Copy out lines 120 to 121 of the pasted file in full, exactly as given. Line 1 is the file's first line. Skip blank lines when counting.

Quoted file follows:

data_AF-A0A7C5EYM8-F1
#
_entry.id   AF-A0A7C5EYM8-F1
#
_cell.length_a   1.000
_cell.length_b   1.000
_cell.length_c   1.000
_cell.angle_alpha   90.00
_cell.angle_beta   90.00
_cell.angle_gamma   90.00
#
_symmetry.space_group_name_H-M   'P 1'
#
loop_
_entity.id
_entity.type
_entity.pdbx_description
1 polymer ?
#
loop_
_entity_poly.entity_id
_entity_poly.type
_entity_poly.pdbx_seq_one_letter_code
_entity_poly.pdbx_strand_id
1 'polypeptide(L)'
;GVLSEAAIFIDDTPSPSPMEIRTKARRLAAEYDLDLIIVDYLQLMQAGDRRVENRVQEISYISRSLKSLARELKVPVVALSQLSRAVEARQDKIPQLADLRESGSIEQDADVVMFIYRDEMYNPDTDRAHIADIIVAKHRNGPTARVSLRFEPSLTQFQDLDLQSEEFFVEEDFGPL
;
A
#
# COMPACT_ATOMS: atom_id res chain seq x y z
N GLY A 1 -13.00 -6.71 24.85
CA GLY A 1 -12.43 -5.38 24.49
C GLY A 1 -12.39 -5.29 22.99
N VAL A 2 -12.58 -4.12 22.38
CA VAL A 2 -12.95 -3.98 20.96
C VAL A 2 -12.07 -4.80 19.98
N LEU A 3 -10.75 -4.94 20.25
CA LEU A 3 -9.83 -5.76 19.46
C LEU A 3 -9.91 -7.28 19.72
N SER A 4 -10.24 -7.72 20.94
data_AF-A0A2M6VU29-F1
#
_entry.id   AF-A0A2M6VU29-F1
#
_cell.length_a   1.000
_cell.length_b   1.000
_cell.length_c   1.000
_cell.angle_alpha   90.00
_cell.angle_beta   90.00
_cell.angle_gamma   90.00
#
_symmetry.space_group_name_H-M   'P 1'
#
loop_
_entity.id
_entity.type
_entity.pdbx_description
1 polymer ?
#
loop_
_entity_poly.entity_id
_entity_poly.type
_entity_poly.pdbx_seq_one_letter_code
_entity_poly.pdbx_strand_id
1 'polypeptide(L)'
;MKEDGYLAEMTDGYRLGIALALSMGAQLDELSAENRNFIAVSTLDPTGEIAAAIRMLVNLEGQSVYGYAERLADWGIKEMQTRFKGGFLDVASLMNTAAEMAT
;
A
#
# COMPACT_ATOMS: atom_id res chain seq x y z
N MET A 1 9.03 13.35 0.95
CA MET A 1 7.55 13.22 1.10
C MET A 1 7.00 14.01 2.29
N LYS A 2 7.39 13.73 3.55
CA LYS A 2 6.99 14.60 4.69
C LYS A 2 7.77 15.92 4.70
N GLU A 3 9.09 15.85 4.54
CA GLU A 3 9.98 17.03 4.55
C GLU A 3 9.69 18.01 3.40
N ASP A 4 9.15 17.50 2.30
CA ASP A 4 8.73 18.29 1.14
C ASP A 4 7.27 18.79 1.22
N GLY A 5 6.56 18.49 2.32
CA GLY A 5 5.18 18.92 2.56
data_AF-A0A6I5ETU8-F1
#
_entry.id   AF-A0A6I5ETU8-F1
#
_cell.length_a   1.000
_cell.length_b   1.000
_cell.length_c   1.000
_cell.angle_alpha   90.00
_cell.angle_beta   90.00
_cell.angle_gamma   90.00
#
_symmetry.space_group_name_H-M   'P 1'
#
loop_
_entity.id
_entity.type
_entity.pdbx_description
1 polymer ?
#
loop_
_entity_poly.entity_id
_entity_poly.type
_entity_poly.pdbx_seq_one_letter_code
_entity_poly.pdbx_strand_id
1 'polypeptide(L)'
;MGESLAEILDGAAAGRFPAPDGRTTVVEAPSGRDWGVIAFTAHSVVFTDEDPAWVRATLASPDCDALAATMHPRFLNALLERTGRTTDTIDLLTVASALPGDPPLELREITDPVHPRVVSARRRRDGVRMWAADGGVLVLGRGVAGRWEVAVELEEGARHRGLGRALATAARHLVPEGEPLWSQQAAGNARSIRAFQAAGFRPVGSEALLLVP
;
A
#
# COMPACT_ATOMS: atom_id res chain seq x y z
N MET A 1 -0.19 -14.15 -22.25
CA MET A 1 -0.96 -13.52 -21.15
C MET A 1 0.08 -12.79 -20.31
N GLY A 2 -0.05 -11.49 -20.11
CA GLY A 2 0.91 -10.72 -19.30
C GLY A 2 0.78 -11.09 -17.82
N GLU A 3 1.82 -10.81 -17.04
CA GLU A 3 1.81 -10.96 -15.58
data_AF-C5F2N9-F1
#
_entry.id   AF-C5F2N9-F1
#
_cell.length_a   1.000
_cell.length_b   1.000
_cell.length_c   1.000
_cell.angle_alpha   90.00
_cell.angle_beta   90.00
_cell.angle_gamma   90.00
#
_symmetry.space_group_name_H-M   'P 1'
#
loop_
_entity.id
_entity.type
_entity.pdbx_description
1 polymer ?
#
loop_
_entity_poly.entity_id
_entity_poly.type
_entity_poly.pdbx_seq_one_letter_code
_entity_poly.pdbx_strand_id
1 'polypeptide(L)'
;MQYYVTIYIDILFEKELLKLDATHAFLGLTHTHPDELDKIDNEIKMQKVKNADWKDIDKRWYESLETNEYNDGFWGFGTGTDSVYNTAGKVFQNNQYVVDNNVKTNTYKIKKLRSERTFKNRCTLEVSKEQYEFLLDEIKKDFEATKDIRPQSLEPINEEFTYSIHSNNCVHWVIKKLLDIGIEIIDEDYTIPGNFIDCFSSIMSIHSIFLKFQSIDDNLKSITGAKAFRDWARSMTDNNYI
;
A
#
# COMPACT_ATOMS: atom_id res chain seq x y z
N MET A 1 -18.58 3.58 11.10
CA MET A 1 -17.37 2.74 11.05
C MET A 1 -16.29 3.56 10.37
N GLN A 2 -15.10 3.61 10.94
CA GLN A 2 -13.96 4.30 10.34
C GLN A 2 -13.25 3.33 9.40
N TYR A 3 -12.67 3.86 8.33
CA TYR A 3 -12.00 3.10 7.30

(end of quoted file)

C GLY A 2 0.78 -11.09 -17.82
N GLU A 3 1.82 -10.81 -17.04